A core aspect of product redesign that banks can learn from Islamic finance is shared risk.  What if mortgages made during the period 2003 – 2007 had a proportion based on shared risk and benefit.  This would have limited the home ATM phenomenon, speculation would have been reduced, and frankly less risks would have been taken.  A product designed this way where the bank shared in the appreciation on homes would have had no interest in 2006, but what of such a product in the 2010 – 2020 timeframe?

Back in 2008 I noted the proposal by Niall Ferguson for a Jubilee as the only solution because he believes the deleveraging necessary is too large to absorb.  Jubilee means (amongst other things) debt forgiveness and Niall noted the many times this has been used in history to get past a bubble.  Islamic finance uses shared risk as a method of producing a softer landing than absolute debt forgiveness but achieves similar results.

It just strikes me that there are serious lessons to be learned from the world of Islamic Finance that can be applied to genuine innovation of western financial products that would work not just for Muslims for for western consumers, business and economies. 

Written by Colin Henderson

August 29, 2010 at 12:20

Greece ponders the unthinkable


There is likely a little grandstanding for the benefit of the Euro leadership in Michalos comments, yet as a technocrat it only makes sense to consider the implications of all alternatives.

Athens rehearses the nightmare of default | ft.com

On Friday afternoon, Constantine Michalos, president of the Athens chamber of commerce, sat in his office – around the corner from where protesters were hurling chunks of marble at riot police – and contemplated what was once unthinkable:

“All hell would break loose,” Mr Michalos said, sketching a society that would quickly run short of fuel, food, medicine and necessities. “You would have social upheaval.”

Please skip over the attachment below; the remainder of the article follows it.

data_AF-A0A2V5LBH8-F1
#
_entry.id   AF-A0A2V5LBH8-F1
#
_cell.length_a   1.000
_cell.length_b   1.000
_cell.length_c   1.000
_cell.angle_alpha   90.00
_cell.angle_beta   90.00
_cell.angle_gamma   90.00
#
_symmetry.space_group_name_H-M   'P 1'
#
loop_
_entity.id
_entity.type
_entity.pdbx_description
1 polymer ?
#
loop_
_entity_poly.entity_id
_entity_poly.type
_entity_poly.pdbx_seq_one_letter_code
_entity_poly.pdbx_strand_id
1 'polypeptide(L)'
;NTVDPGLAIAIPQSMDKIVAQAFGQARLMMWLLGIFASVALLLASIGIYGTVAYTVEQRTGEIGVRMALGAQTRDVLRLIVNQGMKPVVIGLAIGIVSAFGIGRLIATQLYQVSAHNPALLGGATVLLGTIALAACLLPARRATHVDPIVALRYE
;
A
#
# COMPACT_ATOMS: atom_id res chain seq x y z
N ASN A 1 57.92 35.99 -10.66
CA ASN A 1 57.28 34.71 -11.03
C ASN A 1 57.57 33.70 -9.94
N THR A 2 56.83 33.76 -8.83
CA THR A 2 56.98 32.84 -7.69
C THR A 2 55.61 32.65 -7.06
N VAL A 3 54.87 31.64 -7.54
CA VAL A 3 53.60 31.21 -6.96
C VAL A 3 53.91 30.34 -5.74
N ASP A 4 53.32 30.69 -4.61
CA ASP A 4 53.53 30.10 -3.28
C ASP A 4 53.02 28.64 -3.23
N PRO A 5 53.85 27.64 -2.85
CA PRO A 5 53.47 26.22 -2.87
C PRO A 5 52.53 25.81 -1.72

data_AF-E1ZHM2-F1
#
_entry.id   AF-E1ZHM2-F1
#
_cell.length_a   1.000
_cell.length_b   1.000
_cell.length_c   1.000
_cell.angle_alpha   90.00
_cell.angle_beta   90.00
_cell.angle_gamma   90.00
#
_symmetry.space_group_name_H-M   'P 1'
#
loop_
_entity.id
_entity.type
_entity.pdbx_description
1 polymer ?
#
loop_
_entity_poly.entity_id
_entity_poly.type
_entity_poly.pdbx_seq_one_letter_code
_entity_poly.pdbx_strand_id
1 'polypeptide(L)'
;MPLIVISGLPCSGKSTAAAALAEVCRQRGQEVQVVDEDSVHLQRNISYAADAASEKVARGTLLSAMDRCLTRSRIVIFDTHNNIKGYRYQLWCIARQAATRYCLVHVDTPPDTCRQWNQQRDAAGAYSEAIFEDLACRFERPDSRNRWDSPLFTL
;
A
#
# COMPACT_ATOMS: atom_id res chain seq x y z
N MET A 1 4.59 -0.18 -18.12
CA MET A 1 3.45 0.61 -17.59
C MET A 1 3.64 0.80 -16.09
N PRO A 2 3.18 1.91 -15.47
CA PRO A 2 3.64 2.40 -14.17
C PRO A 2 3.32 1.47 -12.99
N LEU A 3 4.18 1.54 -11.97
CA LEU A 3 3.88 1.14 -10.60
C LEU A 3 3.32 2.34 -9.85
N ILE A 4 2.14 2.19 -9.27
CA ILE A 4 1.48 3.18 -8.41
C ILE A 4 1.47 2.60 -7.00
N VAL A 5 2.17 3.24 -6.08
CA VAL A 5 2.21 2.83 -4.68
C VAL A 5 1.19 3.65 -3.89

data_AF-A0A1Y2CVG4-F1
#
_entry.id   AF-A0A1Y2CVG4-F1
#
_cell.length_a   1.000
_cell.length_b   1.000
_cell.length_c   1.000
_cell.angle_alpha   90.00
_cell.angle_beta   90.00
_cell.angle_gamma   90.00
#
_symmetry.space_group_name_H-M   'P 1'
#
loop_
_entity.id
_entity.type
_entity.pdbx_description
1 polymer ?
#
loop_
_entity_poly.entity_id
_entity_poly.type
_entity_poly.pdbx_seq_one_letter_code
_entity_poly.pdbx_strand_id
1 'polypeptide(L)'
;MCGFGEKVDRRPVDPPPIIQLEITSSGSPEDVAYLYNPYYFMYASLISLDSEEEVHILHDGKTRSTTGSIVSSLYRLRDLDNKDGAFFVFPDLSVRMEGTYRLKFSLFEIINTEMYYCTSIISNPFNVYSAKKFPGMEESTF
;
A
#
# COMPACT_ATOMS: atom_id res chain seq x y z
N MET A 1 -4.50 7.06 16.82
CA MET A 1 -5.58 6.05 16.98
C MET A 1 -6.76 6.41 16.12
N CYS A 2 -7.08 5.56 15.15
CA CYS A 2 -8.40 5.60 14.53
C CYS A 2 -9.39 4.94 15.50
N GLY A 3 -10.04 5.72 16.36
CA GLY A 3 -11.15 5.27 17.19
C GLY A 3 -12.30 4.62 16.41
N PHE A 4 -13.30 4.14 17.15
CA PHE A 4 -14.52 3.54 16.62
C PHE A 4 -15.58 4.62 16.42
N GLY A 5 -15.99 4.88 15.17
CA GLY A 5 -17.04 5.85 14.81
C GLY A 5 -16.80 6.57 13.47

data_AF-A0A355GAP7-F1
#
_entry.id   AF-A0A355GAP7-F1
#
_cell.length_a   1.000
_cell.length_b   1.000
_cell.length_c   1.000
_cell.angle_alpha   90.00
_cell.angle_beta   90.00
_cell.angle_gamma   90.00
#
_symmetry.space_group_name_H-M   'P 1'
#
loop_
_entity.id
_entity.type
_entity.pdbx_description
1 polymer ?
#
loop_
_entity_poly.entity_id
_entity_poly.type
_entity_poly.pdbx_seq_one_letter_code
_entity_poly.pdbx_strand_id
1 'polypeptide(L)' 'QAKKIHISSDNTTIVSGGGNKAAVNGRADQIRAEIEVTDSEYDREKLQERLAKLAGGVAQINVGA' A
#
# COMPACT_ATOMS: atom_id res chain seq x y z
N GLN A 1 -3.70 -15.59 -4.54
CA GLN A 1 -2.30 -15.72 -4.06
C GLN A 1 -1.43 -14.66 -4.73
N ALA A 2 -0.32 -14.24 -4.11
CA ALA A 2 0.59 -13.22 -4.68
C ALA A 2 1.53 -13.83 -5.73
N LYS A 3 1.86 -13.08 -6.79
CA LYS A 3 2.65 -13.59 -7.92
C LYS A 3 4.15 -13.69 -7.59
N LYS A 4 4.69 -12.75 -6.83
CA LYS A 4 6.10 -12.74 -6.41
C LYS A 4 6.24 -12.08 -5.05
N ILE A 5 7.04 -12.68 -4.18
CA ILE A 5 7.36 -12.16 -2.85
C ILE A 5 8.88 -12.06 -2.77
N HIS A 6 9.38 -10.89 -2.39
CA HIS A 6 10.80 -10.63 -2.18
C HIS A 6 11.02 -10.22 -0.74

Written by Colin Henderson

February 18, 2012 at 14:10

Posted in Uncategorized

Another example seeking better ways for the modern economy


Continuing along the theme of ‘medicine for modern finance’ here is another pointer that better approaches are sought, but not before we can understand what is wrong with the current system. You only have to look at Cleveland to understand something is not right.

On the recent interview of Premier Wen of China by Fareed Zakaria. Fareed asked his usual final question of which books Wen recommended. One of the choices was the unusual one of The Theory of Moral Sentiments, by Adam Smith. In the interview it came out that ‘Moral Sentiments’ was written 17 years earlier than Wealth of Nations, that bastion of modern capitalism. Yet Moral Sentiments was written first and provided Smiths moral backdrop to the eventual ‘Wealth’. This is yet another example of how we might learn from those who are apparently at odds with our beliefs, when he has picked the very author of modern capitalism as his regular read.

University of Chicago Press